Rachael Nichols, 25, Sunraysia, Vic
I couldn't wait for my party to begin. In just a few days I was turning 21, and I'd planned a big Hollywood-themed bash to celebrate. I'd booked a venue, hired a limousine and bought a glamorous black and white gown to wear. It was definitely going to be a night to remember.
But opening some presents the day before, I received a gift I wasn't expecting. Inside a bag were some glass-like crystals.
Ice. The drug is also known as crystal methamphetamine and having dabbled with it a couple of times over the last few years, I knew the powerful effects it would have. It'll help me have a good time, I thought.
My birthday was always a bittersweet occasion, as I lost my mum, Rhonda, to breast cancer when I was two. While my dad, Noel, 60, did a great job raising me, I never really dealt with her death.
Falling into the wrong crowd at 15, I began experimenting with marijuana, before turning to party drugs and then trying ice for the first time when I was 19.
It'll help me have a good time, I thought.
It seemed to make all the pain, sadness and anger go away. So, when I opened that surprise present, I thought it would be the perfect birthday pick-me-up. If only I'd known the damage it would do.
On the morning of my party, I was on top of the world as I delved into my secret stash. A warm buzz took over and I was on a constant high as I went to the hairdresser, got dressed and then partied the night away.
I never imagined giving in to that night of temptation would lead me down a terrible path of destruction. But from that moment, I was completely hooked.
At first, I used ice to stay alert while I held down a part-time job and finished the certificate of aged care that would help me fulfil my dreams of becoming a nurse, like Mum had been. But soon, whenever I wasn't high, I craved the feeling so badly I'd do anything to get it.
When my euphoria wore off, I sank into depression - forced to take sleeping tablets so my body could rest.
By the time I was 22, I was feeling so run-down I saw my doctor. And what happened next left me shocked. Tests revealed that I had cysts on my ovaries.
Mum, I panicked. Was history repeating itself? Although the cysts weren't cancerous, I was still fraught with worry - and I needed her more than ever as I had surgery to remove them.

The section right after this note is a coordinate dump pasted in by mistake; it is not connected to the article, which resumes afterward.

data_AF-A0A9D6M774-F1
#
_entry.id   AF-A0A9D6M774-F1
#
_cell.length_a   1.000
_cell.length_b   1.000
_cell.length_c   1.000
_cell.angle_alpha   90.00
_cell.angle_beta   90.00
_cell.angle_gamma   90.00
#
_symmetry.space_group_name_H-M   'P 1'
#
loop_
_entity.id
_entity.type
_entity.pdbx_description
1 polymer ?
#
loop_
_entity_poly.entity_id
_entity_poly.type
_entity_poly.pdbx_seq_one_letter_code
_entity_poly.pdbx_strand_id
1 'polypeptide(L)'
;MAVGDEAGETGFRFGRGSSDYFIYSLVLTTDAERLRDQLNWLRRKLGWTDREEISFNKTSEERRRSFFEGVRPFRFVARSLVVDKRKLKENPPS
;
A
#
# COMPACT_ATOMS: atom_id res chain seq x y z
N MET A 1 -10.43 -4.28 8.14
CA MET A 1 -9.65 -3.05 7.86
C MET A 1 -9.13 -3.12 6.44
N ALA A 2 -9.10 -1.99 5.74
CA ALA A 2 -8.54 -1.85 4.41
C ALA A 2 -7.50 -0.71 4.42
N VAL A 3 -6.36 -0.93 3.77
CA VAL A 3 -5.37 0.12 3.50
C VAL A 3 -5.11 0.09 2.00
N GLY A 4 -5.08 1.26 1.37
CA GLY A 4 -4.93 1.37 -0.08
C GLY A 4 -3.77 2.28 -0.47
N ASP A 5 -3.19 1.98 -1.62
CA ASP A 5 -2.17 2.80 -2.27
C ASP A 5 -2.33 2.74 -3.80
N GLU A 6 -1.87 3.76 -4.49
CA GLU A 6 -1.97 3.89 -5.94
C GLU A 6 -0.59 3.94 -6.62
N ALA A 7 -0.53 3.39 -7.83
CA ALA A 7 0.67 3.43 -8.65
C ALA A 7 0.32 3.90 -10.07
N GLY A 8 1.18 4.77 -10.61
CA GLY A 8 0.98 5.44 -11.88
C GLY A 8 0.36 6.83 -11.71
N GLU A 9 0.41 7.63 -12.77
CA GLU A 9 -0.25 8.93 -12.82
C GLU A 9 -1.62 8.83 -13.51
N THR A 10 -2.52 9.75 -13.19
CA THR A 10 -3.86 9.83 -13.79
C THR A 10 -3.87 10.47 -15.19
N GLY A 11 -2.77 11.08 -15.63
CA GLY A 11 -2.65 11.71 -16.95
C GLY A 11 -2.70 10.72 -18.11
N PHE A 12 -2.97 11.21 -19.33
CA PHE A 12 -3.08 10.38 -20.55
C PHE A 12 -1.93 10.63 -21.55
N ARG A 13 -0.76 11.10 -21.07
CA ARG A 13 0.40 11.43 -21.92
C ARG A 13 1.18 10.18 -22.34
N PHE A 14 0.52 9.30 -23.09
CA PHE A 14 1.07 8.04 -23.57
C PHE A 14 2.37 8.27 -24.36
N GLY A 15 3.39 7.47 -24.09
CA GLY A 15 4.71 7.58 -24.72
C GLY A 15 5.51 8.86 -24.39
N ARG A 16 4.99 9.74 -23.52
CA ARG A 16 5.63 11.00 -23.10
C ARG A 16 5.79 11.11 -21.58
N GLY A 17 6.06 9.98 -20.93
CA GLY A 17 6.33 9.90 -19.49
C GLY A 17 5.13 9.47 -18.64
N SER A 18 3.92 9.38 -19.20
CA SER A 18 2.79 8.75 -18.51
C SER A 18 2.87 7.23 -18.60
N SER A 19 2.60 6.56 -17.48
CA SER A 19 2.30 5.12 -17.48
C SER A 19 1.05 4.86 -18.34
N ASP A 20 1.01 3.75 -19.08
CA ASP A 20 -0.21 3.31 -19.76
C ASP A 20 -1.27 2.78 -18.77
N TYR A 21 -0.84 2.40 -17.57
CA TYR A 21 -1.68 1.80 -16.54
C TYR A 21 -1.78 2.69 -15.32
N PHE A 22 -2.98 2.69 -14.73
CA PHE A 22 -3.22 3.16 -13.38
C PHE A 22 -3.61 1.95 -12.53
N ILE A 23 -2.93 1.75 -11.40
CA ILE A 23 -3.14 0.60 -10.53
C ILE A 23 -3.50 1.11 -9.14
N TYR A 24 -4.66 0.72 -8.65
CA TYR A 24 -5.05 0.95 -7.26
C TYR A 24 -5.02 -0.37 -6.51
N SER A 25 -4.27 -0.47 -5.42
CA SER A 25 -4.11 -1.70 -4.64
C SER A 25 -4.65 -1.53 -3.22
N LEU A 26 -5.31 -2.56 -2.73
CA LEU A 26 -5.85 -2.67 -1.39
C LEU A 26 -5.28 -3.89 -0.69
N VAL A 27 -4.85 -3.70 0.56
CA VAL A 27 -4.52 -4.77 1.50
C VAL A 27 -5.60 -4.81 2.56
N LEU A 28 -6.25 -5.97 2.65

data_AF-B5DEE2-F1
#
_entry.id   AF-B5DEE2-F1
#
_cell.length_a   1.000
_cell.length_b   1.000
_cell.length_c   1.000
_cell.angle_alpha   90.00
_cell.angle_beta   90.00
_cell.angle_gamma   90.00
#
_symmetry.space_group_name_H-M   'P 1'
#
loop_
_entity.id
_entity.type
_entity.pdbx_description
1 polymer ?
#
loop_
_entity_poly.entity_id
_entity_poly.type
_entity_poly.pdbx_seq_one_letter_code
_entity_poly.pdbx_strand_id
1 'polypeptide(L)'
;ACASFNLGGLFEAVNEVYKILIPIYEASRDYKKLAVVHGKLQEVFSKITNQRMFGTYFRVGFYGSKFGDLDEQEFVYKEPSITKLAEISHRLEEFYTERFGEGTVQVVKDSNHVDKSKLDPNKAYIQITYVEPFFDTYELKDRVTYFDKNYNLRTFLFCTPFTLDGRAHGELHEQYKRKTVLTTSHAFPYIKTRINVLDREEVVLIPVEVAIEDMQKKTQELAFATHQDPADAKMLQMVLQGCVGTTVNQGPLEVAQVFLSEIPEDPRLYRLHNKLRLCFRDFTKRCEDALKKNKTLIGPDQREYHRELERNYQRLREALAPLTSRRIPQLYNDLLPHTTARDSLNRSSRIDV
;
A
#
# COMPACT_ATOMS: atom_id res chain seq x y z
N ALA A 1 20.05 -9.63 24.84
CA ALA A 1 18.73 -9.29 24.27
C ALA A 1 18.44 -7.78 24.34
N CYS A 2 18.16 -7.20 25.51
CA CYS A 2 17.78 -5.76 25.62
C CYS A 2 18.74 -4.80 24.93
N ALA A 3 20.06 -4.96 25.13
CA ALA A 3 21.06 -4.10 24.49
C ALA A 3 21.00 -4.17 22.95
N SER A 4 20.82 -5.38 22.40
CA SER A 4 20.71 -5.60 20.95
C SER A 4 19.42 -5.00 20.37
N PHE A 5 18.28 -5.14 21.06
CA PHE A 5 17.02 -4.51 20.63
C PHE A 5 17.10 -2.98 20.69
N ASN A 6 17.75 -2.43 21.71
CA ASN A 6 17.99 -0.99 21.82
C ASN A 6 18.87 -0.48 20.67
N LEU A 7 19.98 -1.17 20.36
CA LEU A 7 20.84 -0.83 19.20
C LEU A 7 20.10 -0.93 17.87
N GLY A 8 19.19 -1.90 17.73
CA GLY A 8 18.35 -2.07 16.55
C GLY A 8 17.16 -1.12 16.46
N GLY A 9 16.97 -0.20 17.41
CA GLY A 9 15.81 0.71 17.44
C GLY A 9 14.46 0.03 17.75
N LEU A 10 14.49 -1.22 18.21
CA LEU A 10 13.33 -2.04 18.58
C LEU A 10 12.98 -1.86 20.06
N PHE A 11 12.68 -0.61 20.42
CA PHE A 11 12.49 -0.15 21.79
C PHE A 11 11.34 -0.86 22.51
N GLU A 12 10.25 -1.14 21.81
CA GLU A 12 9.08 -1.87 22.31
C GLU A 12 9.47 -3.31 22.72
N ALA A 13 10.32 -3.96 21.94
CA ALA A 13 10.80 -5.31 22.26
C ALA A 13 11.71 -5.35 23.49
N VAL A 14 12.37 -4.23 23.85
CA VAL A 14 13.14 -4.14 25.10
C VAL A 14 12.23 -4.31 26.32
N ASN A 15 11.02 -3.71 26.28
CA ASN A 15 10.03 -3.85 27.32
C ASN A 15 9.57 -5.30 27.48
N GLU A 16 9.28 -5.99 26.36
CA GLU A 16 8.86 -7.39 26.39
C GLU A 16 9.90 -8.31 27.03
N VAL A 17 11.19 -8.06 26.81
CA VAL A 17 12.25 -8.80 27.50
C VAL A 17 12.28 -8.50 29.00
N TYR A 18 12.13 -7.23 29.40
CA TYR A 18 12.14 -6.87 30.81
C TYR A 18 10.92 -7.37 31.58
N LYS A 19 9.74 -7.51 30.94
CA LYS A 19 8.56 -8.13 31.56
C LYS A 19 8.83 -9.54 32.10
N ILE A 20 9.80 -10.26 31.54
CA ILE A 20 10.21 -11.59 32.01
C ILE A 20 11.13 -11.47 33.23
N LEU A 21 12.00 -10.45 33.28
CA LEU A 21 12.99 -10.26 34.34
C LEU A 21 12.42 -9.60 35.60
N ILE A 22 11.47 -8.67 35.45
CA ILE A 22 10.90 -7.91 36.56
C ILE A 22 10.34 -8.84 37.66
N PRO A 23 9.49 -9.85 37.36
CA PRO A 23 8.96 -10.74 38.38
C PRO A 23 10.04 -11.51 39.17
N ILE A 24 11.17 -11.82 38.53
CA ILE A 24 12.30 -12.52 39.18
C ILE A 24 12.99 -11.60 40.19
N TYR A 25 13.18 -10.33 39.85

When my euphoria wore off, I sank into depression.
Thankfully the operation was successful. But recuperating at home a month later, I felt so overwhelmed. I needed something to lift my spirits. And my old friend ice was calling me.
As addiction increased its hold, my hopes of becoming a nurse fell by the wayside, and when I split with my boyfriend things got even worse. Locking myself in my house, I was soon spending around $1000 a week to keep up my habit. I plundered my savings to pay for it.
It wasn't about being the social butterfly anymore. I was all alone. I just felt like I needed the drug to survive. Before long, I couldn't even take a shower without reaching for my stash.
I'd stay up for six days at a time and as my skin became sallow and spotty, I spent hours picking the sores in front of the mirror.
My appetite disappeared and my weight plummeted to a frail 45 kilos. 'Please let me help you,' Dad urged, desperate to do something. But I didn't want to listen and pushed him away.
One night, I was such a mess I fell asleep with a cigarette still lit in my hand. I woke up to the stench of smoke - my mattress was on fire! I was able to put out the flames, but it was a sign my life was spiralling out of control.
By the time I was just 24, my addiction was so bad I was even hallucinating. Once, I swore I could see a complete stranger huddled up on my bookshelf.
...my life was spiralling out of control.
What was happening to me? Terrified and confused, at that moment something snapped.
I knew if I didn't stop, this drug was going to kill me. I was a bright girl. How had I become a junkie who'd blown $8000 of her savings in the last three weeks?
With trembling hands, I called Dad in tears. 'I need help,' I cried and he raced over to collect me.
Admitting my problem was just the first step. Going cold turkey was agony. My body was racked with hot sweats and cramps as my hunger for the drug overwhelmed me. I just wanted the pain to go away - and it was then, at rock bottom, that I tried to take my own life.
Fortunately, Dad stopped me and when I woke up, I realised I was in hospital. 'He got you here just in time,' the nurse told me.
Overwhelmed with relief that I'd been given a second chance, I made myself a promise that I'd find the strength to get clean.
But with no drug facilities at my hometown of Mildura, Vic, I had to recover in hospital. It was so hard - but at least it meant temptation was out of my reach.
Leaving two weeks later, on Mother's Day, I felt determined. It was normally a day I'd cloud my sorrows with drugs. But this was the start of my new life.
At first, doctors kept me on antidepressants and monitored me closely, but eventually I didn't need them. I kept myself busy by watching movies and spending time with old friends. It was a relief to be free of the lifestyle that had gripped me for so long. Once I was well enough, I even landed myself a job as a nanny.
I'm proud to say I'm still clean. I've escaped a cycle that could have led me to an early grave. I'm back to a healthy weight, have a great relationship with my family and I'm saving up to travel overseas.
I hope my story can serve as a warning about the dangers of ice and inspire addicts to get the help they need. I wasted five years of my life, but it's never too late to change.
If you or someone you know is struggling with the issues in this story, call Lifeline on 13 11 14.
Originally published in that's life! Issue 2, 2014.